I mean to say that when anybody asks a question here and he/she gets an upvote, his/her reputation is increased by $5$ and when he/she gets a downvote at the same question, his reputation is decreased by $2$. However the question have got Net vote equals to zero. So he/she must get no change in reputation. So it is helpful for two people, one who voted it up and other who voted that down, to stay equal by their personal reputation.

  • 2
    $\begingroup$ In terms of reputation points 5 downvotes cancel the effect of two upvotes on a question (for an answer the ratio is 5 to 1). But the score on the question shows -3 at that point. This is the way it is supposed to be. When you get a bit more reputation (1000 rep, I think) you can see the vote counts. All you need to do then is to click the number giving the total score, and the display changes so that upvote and downvote counts are both visible (in place of their sum). $\endgroup$ Mar 23, 2015 at 12:35
  • $\begingroup$ These posts seem related: meta.math.stackexchange.com/questions/16769/… and meta.math.stackexchange.com/questions/2234/… $\endgroup$ Mar 23, 2015 at 13:37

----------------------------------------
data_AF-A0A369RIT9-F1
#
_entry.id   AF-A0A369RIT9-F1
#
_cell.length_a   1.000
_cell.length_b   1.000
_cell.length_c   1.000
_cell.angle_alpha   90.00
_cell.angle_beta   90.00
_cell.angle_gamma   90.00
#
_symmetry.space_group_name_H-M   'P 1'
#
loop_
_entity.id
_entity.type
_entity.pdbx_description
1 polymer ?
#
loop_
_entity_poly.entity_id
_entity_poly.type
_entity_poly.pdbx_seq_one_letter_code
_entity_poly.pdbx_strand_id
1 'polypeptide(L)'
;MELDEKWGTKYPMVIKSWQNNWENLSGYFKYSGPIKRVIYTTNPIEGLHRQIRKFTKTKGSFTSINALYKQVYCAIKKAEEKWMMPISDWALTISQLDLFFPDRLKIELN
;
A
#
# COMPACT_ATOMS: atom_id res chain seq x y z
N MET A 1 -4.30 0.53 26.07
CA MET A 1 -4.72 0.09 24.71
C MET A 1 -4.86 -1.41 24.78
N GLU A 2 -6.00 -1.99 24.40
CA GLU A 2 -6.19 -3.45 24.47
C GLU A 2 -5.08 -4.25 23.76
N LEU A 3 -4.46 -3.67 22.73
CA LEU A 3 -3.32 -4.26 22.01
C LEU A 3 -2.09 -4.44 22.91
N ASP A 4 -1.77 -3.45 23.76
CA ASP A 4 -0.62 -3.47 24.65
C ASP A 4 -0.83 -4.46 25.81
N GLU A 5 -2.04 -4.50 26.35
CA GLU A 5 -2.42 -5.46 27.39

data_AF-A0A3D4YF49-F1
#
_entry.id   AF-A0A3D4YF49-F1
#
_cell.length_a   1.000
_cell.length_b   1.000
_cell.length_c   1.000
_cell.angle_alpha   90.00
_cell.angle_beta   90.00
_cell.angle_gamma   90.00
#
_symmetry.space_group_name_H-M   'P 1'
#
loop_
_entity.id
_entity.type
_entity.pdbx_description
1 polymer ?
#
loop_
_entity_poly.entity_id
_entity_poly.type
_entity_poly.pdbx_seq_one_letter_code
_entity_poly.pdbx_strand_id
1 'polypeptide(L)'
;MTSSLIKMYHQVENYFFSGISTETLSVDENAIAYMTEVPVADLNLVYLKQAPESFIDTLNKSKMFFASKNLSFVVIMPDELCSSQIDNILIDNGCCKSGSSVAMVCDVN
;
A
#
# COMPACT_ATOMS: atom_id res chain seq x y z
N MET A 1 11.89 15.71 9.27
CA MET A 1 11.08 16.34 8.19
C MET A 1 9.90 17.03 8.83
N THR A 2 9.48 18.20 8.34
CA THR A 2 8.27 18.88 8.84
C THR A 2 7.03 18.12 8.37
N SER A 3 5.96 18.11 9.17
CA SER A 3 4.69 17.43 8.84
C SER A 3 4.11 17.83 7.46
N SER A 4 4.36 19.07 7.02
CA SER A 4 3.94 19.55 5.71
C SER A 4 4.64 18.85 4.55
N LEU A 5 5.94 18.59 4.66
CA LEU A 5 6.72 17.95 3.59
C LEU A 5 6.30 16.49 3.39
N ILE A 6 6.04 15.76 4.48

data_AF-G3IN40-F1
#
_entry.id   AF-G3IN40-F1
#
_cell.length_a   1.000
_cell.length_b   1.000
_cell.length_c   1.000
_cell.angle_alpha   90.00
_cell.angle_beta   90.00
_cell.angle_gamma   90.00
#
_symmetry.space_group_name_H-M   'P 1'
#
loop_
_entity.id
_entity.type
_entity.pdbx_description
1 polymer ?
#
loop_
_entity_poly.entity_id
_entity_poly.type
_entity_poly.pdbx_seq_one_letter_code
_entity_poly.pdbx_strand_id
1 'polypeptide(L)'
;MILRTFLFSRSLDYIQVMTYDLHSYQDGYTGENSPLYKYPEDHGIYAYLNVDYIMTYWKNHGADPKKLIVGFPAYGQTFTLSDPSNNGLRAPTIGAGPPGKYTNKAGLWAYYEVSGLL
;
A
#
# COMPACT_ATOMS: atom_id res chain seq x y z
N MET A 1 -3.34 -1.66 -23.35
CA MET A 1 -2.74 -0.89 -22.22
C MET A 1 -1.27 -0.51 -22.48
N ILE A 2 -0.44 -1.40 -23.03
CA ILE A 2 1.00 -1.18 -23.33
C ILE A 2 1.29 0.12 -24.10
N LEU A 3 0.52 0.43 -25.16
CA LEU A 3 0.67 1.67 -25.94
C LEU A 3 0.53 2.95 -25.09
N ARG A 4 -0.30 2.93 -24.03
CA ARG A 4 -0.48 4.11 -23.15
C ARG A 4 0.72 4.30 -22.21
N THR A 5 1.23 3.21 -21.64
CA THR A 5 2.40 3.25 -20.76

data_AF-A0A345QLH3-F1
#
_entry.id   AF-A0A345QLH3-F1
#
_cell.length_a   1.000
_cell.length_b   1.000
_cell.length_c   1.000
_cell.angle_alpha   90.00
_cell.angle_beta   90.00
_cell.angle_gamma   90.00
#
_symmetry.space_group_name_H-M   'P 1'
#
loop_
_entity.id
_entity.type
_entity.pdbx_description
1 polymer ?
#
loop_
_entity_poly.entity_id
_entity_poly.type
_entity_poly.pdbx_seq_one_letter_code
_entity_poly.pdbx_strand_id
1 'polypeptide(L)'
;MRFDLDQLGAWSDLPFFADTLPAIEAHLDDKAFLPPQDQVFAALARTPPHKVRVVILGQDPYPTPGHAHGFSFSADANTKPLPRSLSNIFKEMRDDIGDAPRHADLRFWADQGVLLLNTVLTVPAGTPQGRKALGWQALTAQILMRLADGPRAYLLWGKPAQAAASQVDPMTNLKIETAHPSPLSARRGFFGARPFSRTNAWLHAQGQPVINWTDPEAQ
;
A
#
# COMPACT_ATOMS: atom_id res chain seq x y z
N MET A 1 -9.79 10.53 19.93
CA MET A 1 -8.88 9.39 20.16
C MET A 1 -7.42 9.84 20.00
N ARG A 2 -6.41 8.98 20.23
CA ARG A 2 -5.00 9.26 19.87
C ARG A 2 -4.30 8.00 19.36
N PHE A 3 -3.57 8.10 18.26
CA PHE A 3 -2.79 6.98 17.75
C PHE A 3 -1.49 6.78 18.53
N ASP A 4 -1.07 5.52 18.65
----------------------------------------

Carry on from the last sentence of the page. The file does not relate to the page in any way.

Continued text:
• $\begingroup$ This is a policy of the entire stackexchange system, so you are better asking it in a higher place than the math.se meta. $\endgroup$
    – GEdgar
    Mar 23, 2015 at 14:03
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    $\begingroup$ I think the reasoning might have been something like: Give +5 for a good question, +10 for a good answer because an answer is more work than a question, and give -2 for something bad. Also the fact that they didn't choose equal weights will be on purpose. I think it is more motivating for new users (and also maybe older users) this way, and I also think it works. Also they maybe assumed that there are always some users who easily downvote and to compensate for that they have a higher upvote value on questions for instance than the downvote value. $\endgroup$
    – Pedro
    Mar 23, 2015 at 14:04

1 Answer 1


This was brought up a few times on Meta.SE. The official SE position is stated here. Although Jeff Atwood, who posted that answer, is no longer with SE, there were no changes in the vote-reputation conversion since he left, and no visible plans for such changes.

(Fun fact: the post to which Atwood replied is also written by him; he put on his own feature request.)


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